Circuit City, once a well-known retail fixture, is no more. Last week, I asked whether bookseller Borders (NYSE:BGP) was the next Circuit City. (According to 61% of Foolish readers who responded to our poll, the answer's a resounding "yes.") This week, let's take a look at another possible contender for such a woeful demise: movie-rental giant Blockbuster (NYSE:BBI).

Every day on my way to and from Fool HQ, I see a local Blockbuster store strewn with sale signs -- because it's closing. That's testament to news that my Foolish colleague Rick Munarriz recently covered: Blockbuster plans to shutter many of its bricks-and-mortar stores, replacing them with automated kiosks.

That's no surprise, though, is it? Rivals such as Netflix (NASDAQ:NFLX), Coinstar's (NASDAQ:CSTR) RedBox, Apple (NASDAQ:AAPL), and (NASDAQ:AMZN) all compete with Blockbuster in one way or another. The old weekend back-and-forth trips to the video store seem like part of the distant past, given all the far more convenient options consumers have these days.

Furthermore, Blockbuster has serious financial issues to contend with. Let's look at a few of its financial metrics, compared to those of its closest rivals:

Company Name

TTM Revenue Growth/(Loss)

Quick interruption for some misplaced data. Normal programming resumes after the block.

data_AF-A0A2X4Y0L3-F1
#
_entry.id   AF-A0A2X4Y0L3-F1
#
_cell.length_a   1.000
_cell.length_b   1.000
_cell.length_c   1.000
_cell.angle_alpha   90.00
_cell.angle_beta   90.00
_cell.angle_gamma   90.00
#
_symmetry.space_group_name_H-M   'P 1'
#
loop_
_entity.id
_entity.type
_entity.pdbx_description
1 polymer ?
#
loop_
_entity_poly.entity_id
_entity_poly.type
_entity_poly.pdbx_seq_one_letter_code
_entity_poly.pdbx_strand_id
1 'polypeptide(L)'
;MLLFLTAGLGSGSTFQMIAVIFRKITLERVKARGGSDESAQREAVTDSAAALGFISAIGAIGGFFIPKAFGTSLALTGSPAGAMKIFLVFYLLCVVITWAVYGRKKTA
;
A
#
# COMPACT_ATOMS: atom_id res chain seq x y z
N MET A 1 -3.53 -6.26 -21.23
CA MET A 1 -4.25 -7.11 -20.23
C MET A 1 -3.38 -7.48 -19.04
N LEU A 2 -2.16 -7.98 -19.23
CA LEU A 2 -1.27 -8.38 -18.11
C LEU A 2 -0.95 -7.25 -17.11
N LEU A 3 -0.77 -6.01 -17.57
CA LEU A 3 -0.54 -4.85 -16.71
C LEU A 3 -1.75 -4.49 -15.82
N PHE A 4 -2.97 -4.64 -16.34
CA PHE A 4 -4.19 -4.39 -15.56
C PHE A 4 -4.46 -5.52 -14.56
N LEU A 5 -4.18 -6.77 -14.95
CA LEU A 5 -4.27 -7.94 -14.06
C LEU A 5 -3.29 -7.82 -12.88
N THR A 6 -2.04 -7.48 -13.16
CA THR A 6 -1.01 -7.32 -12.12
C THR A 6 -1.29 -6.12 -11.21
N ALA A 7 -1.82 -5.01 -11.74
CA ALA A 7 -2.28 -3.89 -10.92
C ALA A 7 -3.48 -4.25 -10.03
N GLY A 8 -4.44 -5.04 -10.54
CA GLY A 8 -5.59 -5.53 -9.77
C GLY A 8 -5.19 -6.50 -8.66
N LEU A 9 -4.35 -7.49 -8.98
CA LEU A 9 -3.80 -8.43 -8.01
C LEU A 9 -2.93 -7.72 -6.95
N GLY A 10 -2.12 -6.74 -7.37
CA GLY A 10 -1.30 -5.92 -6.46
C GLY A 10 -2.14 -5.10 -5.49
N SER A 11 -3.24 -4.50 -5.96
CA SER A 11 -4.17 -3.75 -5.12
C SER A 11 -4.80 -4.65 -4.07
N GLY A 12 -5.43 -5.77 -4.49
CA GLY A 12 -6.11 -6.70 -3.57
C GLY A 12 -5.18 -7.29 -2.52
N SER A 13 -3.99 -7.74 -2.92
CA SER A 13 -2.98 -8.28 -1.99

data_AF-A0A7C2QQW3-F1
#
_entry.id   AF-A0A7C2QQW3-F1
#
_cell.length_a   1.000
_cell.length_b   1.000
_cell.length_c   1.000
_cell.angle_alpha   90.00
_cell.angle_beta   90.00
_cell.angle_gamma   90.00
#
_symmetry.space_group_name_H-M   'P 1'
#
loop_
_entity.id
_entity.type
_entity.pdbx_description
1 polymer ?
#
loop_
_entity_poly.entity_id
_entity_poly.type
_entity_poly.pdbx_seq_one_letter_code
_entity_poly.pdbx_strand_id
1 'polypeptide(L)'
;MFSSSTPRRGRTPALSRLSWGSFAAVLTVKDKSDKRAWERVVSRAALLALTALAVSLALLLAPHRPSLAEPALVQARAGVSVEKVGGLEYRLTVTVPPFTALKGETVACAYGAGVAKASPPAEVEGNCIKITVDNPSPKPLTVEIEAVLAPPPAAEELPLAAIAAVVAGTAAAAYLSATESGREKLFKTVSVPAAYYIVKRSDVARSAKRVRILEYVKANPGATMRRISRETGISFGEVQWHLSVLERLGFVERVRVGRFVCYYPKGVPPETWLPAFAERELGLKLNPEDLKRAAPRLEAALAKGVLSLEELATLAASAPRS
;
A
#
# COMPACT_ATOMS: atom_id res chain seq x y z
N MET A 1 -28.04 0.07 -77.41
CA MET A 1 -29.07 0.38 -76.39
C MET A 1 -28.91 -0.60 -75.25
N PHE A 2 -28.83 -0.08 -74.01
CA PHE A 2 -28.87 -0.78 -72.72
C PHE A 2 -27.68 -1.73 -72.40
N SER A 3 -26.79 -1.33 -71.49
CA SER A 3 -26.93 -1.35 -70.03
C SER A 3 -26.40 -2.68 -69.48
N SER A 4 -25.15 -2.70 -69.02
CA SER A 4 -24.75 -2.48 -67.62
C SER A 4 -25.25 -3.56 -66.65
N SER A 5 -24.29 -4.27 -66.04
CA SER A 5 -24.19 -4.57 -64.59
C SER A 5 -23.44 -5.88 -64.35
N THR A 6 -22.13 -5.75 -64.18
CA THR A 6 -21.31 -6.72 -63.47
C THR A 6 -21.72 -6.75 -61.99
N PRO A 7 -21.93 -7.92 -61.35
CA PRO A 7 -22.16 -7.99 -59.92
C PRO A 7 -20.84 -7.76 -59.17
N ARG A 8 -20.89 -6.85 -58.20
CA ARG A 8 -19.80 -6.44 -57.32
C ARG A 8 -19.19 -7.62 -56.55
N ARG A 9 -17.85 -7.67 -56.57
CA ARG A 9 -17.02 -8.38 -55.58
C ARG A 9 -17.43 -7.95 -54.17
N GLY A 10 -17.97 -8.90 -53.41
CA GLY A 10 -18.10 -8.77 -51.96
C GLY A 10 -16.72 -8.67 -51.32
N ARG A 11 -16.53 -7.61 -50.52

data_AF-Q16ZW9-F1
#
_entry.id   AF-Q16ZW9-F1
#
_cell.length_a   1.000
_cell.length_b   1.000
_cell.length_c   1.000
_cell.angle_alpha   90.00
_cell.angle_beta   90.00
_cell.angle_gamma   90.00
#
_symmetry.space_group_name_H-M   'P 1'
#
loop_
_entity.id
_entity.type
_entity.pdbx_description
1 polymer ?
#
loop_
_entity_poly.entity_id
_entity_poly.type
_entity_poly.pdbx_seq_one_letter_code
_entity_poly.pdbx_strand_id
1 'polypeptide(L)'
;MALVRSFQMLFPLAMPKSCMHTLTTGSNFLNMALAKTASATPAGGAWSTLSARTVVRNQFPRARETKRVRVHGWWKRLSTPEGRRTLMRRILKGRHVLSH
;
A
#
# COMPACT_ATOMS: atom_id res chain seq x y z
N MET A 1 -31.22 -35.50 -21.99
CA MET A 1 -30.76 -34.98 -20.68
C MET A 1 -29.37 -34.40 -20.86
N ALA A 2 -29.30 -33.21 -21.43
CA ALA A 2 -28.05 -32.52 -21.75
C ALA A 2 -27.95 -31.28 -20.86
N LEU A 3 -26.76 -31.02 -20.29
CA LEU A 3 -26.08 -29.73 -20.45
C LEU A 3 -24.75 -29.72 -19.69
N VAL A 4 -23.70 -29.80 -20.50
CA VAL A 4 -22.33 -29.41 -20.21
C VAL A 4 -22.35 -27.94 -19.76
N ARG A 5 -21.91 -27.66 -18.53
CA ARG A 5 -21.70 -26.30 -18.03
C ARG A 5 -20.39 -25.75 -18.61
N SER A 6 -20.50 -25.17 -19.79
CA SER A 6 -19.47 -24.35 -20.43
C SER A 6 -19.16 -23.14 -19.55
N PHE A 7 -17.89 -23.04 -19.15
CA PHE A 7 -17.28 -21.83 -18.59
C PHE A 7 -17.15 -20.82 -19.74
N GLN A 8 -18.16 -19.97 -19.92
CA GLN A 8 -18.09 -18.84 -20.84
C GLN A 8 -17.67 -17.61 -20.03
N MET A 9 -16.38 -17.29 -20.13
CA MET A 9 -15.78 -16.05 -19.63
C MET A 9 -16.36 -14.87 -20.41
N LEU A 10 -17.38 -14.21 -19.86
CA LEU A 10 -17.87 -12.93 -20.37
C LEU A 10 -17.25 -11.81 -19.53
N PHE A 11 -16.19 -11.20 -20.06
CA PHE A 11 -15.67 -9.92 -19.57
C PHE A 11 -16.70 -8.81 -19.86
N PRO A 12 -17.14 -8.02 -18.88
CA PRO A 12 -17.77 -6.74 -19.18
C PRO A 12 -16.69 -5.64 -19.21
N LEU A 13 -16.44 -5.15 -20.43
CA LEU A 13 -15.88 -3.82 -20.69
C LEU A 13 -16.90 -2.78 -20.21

TTM Profit/(Loss) per share

Debt/Equity Ratio

Quick Ratio
















*All data from Capital IQ, a unit of Standard & Poor's. TTM = trailing 12 months.

Blockbuster certainly looks like the most frightening of the three, with its major drop in revenue and its loss of $2.56 per share in the last year. Its debt-to-equity ratio of more than 400% should be shelved in the "Horror" section, too. A quick ratio below 1.0 can be a red flag, particularly if a company's sales and profit margins are suffering mightily, and especially if it may have to deeply discount prices to clear out its inventories.

That said, Coinstar looks a little scary, too, with a high debt-to-equity ratio and a quick ratio under 1.0. But its revenue is rising impressively, and it's still profitable, both of which could help defang investors' fears.

As the numbers prove, Blockbuster is a risky stock right now. Investors shouldn't be fooled into thinking it's a "cheap" investment because of its penny stock status. The former industry leader may be well on its way to becoming as obsolete as Circuit City, as it tries to evolve in an rapidly changing industry beset by disruptive influences like digital delivery. Worse yet, its precarious financial position makes any efforts to keep up with its rivals all the more challenging.

Add in a difficult macroeconomic climate with high unemployment, and fretful, budget-minded consumers, and Blockbuster could face its final curtain call very soon.

On a more positive note, the chart above might make you envious of Netflix shareholders. A stock trading at 34 times earnings might not look particularly cheap, but the discs-by-mail mogul boasts solid revenue growth, a nice profit, and a far-from-worrisome amount of debt. That's hardly the image of a company facing impending doom. 

If only poor Blockbuster could say the same.